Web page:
Uncertainty grips Iran nuclear deal

Uncertainty grips Iran nuclear deal

Uncertainty grips Iran nuclear deal
Iranian Foreign Minister Hossein Amir-Abdollahian attends a meeting with Russian Foreign Minister in Moscow on March 15, 2022. (AFP)
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One unexpected casualty of Russia’s war on Ukraine could be the revival of the 2015 Iran nuclear deal, known as the Joint Comprehensive Plan of Action. After almost a year of painstaking and sometimes deadlocked negotiations in Vienna between Iran and the P5+1 group, it finally appeared that a deal was in sight. Even the Russian envoy to the talks, Mikhail Ulyanov, tweeted on March 3 that negotiations were “almost over.” Western diplomats concurred that it was a matter of hours before a deal was struck. But a day later, as Russia was waking up to a series of unprecedented Western punitive sanctions, Foreign Minister Sergei Lavrov said that Moscow would insist on written guarantees before backing a new nuclear deal with Iran.
Even the Iranians, who had relied on Russia’s backing when they rejoined the talks last year, were shocked at the Kremlin’s about-face. One Iranian official criticized Moscow for linking US sanctions against Russia to Moscow’s approval of any revised nuclear deal with Tehran, according to media reports. A diplomatically besieged Kremlin is now playing with any card it can get its hands on, even if it means the collapse of the Vienna talks.
Officially, Tehran blamed the US for the sudden “pause” in negotiations and urged Washington to reconsider its position. Foreign Ministry spokesman Saeed Khatibzadeh said this week that reports in the Western media that the talks are mostly held up by Russia’s demand are part of the US strategy. “Downgrading what is happening in Vienna to one element — meaning Russia’s demand — is what the US wants so everyone would forget its own responsibilities. No one must forget that the party responsible for the fact that we are still at the point of non-agreement is the US,” he was quoted as saying.
But instead of putting pressure on America’s European allies, Iranian Foreign Minister Hossein Amir-Abdollahian headed to Moscow on Tuesday for talks with his Russian counterpart. That underlined how much Tehran sees Russia as having the final say on what now seems like a troubled deal. What Moscow wants is guarantees from Washington that should ensure “that the current (sanctions) process launched by the US will not in any way harm our right to free, fully fledged trade and economic and investment cooperation and military-technical cooperation with Iran,” Lavrov had said on March 4.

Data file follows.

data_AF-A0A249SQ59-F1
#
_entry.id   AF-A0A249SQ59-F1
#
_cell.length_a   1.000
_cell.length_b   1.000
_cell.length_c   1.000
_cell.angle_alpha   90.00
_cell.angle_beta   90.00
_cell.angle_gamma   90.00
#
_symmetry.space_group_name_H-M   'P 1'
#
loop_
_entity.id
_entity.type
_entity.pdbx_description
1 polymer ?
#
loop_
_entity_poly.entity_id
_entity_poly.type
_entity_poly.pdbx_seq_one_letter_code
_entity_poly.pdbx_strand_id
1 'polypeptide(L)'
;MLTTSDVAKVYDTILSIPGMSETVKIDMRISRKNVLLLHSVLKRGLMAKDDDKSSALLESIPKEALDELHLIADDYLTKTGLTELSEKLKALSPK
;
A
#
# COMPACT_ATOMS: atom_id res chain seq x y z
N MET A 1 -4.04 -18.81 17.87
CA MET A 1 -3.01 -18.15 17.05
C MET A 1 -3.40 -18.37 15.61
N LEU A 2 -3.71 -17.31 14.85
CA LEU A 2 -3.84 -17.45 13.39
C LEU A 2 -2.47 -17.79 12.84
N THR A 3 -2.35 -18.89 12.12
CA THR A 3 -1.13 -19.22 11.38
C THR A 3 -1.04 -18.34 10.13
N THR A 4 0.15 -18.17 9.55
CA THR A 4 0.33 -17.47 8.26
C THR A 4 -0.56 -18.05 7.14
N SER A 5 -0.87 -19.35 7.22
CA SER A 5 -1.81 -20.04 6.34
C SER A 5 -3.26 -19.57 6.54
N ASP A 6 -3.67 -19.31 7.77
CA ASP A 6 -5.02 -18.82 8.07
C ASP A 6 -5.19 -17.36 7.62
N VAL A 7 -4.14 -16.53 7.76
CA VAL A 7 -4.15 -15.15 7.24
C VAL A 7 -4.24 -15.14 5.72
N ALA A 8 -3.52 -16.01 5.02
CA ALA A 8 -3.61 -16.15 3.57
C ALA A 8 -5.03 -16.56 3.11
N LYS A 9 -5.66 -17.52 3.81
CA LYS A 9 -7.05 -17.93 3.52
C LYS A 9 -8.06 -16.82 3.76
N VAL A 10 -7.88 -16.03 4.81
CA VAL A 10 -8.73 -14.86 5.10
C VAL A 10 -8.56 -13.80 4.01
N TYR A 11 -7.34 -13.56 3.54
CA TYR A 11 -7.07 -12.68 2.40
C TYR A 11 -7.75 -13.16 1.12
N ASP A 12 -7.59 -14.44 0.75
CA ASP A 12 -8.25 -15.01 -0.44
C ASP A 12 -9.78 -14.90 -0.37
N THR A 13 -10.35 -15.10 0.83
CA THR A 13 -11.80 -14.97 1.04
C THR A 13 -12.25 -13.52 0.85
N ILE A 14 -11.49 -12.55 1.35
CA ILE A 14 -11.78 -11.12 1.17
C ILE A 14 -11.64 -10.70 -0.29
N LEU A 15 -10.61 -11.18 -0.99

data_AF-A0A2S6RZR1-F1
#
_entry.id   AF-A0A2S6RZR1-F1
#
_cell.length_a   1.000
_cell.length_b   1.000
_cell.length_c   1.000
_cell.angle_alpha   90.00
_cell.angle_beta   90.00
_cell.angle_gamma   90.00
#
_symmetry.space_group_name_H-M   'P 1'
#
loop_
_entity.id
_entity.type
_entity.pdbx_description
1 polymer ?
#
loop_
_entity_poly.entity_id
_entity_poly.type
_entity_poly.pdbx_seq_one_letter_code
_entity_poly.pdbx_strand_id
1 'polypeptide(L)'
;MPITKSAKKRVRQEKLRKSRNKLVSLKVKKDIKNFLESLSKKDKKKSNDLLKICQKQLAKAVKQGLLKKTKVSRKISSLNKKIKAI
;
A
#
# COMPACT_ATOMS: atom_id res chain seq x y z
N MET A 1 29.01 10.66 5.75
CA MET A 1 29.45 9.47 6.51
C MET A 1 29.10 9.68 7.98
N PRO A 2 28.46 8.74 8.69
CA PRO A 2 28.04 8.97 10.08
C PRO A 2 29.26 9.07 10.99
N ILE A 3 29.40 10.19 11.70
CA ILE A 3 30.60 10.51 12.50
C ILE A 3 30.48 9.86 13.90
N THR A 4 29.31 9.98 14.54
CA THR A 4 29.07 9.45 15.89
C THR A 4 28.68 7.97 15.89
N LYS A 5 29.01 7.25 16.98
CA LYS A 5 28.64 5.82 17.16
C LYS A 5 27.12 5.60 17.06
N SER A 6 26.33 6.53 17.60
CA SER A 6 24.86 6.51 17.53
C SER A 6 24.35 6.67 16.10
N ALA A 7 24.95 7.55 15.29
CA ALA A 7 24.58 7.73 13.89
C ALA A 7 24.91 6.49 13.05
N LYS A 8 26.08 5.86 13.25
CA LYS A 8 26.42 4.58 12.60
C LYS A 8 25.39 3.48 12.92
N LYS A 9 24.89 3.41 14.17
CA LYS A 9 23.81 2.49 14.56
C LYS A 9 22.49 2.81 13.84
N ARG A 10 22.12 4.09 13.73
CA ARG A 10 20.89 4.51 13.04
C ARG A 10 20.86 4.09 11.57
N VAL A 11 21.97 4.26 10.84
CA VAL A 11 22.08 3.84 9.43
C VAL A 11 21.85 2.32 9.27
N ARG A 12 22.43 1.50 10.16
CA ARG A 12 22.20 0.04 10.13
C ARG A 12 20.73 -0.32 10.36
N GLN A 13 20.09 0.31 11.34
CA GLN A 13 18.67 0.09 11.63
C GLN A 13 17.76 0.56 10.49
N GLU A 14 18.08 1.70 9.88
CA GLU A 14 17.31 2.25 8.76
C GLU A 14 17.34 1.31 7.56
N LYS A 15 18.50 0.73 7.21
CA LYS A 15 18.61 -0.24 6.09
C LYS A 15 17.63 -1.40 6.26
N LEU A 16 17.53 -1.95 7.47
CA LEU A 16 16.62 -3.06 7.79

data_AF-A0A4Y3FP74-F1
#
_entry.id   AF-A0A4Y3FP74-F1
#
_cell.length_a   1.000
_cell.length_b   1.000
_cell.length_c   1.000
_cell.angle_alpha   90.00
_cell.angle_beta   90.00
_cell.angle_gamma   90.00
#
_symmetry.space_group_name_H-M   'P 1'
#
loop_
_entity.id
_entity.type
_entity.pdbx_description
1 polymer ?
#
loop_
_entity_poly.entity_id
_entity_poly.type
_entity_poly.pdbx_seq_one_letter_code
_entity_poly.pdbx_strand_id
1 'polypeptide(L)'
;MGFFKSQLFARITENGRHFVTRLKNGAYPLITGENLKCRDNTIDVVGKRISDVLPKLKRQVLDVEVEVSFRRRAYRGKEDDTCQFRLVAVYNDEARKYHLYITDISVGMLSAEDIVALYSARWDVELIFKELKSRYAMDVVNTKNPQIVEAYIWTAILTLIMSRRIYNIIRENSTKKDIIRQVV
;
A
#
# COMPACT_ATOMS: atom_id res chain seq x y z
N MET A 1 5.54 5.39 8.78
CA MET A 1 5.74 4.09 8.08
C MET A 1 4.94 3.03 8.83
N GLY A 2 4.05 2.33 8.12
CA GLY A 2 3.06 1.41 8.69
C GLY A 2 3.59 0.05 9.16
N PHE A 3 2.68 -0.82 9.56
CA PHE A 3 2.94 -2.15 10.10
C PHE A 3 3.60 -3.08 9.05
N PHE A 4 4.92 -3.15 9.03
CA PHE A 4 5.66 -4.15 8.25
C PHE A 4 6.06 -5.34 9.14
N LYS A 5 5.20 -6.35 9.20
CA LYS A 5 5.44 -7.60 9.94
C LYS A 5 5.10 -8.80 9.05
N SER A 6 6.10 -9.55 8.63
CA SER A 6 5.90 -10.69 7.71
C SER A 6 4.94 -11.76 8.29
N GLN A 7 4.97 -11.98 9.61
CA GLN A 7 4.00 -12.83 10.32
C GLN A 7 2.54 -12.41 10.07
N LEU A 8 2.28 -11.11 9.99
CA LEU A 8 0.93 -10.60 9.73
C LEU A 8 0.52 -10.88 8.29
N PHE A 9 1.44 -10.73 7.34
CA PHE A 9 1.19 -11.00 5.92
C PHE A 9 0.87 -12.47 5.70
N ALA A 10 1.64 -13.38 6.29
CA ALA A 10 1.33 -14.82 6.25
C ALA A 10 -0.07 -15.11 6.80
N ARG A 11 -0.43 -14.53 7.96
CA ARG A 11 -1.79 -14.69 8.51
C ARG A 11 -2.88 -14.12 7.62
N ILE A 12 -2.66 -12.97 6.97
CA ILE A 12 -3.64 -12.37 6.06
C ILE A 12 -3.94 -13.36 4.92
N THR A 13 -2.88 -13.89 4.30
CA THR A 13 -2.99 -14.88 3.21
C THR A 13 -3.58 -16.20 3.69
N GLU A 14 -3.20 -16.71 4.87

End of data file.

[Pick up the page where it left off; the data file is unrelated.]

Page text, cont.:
The so-called pause is good news for a number of parties that had resisted the revival of the Iran nuclear deal over a number of issues, including Tehran’s regional behavior. That matters not only to Israel, but also to Gulf countries and others that see Iran’s proxies wreaking havoc in Iraq, Syria and Yemen.

What is now clear is that the Iran nuclear deal has become a pawn in a complex geopolitical chess game.

Osama Al-Sharif

But that may not be the case for the Biden administration and its European partners. The war in Ukraine and the punitive measures taken against Moscow have changed the agenda and made reaching a deal with Iran even more urgent. The West’s dependency on Russian oil and gas has cushioned the full effect of the sanctions. While the US has banned Russian oil and gas imports, the EU has not, leading to steep spikes in energy prices worldwide.
Suddenly, Washington felt that it had to lift sanctions on Venezuelan and Iranian oil exports in order to rein in the energy markets and speed up the process of finding other suppliers for its European partners. Moscow knows Washington’s motives and understands the danger it faces if the EU stops, even after many months, importing Russian oil and gas.
For now, the Iran deal has become hostage to an inconclusive war that Russia has launched and whose devastating global effects are spreading every minute. Closer to home, Iran chose to send its own message to the US and Israel by launching 12 ballistic missiles against a target or targets in Iraq’s northern city of Irbil on Sunday. Iran’s Islamic Revolutionary Guard Corps claimed responsibility and said it had hit Israeli “strategic centers.” The US Consulate in Irbil was not targeted. This was a rare occasion when Iran, rather than its proxies, fired at Western targets in Iraq.
While Israel and the Kurdistan government denied Iranian claims, the incident showed how complex and interconnected the regional situation has become. Israel has been targeting Iran-related positions in Syria for years.
Whether Moscow’s new position on the Vienna talks will derail a deal or only delay it is not known. The Biden administration is running out of time. Tehran wants an end to sanctions, while Israeli Prime Minister Naftali Bennett, who has offered to mediate between Moscow and Kyiv, may score some points with Russia that could turn the pause in the Vienna talks into an open-ended impasse. What is now clear is that the nuclear deal has become a pawn in a complex geopolitical chess game.

• Osama Al-Sharif is a journalist and political commentator based in Amman.
Twitter: @plato010

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